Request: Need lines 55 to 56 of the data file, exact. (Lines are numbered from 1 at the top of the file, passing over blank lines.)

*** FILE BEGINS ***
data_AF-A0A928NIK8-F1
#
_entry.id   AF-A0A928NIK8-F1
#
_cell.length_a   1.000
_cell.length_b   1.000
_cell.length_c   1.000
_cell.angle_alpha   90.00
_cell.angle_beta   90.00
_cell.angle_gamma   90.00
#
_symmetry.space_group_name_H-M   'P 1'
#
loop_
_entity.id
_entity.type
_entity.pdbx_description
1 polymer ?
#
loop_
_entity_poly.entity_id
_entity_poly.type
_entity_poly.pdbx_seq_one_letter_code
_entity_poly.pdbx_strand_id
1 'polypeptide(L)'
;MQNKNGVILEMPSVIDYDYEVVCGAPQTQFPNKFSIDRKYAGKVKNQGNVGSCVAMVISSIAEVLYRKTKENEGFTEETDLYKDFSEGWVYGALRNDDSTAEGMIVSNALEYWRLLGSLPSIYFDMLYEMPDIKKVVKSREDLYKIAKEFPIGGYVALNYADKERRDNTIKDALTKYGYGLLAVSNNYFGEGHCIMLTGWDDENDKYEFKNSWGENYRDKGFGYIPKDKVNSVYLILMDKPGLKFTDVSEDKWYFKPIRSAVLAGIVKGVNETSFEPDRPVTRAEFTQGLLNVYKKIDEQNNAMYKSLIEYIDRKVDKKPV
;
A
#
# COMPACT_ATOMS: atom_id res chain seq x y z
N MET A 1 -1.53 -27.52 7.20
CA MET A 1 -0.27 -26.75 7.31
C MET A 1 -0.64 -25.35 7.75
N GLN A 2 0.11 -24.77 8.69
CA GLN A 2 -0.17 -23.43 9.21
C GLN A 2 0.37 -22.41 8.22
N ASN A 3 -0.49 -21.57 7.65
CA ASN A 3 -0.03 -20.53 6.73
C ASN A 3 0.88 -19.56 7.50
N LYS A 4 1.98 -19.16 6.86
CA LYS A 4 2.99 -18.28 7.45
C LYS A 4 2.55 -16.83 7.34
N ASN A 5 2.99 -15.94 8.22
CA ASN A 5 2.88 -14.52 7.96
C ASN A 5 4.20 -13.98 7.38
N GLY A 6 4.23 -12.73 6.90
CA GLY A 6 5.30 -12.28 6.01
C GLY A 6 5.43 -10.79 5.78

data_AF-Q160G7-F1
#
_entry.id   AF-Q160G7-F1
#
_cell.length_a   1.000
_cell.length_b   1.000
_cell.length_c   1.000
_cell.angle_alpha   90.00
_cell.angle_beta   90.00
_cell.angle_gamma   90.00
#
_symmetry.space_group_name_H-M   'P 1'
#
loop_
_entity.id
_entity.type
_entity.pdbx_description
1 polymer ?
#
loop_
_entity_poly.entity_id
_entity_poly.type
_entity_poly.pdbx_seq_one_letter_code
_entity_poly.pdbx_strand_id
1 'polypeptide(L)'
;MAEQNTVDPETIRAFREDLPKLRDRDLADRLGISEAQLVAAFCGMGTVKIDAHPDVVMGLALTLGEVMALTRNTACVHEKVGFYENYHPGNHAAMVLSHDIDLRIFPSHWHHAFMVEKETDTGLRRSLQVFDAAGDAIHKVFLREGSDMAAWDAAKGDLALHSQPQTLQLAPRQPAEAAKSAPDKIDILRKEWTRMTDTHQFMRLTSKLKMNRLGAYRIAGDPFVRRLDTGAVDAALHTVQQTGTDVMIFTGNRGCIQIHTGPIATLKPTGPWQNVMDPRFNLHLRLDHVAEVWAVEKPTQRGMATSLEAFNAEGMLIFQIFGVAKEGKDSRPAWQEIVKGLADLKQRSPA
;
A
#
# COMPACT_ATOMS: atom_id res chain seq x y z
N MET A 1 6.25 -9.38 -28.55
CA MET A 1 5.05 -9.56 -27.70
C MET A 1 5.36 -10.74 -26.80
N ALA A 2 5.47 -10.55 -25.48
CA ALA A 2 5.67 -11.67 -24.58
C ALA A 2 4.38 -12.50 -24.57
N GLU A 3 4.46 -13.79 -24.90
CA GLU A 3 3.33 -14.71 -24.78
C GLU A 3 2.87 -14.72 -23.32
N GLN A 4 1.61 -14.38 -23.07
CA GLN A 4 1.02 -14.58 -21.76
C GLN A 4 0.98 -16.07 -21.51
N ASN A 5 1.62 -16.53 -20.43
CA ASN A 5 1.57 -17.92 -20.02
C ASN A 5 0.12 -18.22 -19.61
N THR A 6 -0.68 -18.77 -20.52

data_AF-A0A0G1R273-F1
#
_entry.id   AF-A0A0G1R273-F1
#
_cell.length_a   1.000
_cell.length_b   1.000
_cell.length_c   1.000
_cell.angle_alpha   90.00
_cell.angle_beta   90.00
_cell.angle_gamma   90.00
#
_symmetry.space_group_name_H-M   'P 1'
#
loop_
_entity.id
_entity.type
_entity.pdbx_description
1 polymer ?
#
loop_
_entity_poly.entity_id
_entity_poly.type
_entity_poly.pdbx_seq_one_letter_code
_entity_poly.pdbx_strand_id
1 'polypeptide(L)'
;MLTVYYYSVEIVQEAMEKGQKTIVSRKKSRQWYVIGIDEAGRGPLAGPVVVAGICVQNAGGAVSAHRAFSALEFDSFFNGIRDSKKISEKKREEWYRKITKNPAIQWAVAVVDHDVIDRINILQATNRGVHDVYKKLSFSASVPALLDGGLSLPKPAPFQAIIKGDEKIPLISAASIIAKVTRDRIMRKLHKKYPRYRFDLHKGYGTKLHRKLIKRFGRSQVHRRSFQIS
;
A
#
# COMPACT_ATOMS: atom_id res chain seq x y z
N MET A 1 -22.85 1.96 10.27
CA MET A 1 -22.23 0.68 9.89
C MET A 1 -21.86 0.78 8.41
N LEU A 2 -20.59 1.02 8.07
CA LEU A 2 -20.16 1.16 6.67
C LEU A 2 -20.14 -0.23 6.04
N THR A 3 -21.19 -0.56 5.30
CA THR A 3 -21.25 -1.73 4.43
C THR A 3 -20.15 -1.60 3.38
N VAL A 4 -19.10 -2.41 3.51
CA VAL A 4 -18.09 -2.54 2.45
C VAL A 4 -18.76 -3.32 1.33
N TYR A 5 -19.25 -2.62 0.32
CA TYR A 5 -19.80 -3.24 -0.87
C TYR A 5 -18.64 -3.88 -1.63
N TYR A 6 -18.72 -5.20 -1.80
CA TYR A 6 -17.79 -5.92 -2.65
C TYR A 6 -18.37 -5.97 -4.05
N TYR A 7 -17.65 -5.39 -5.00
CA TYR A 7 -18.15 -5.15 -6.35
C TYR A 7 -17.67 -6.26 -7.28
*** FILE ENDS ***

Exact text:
_cell.length_c   1.000
_cell.angle_alpha   90.00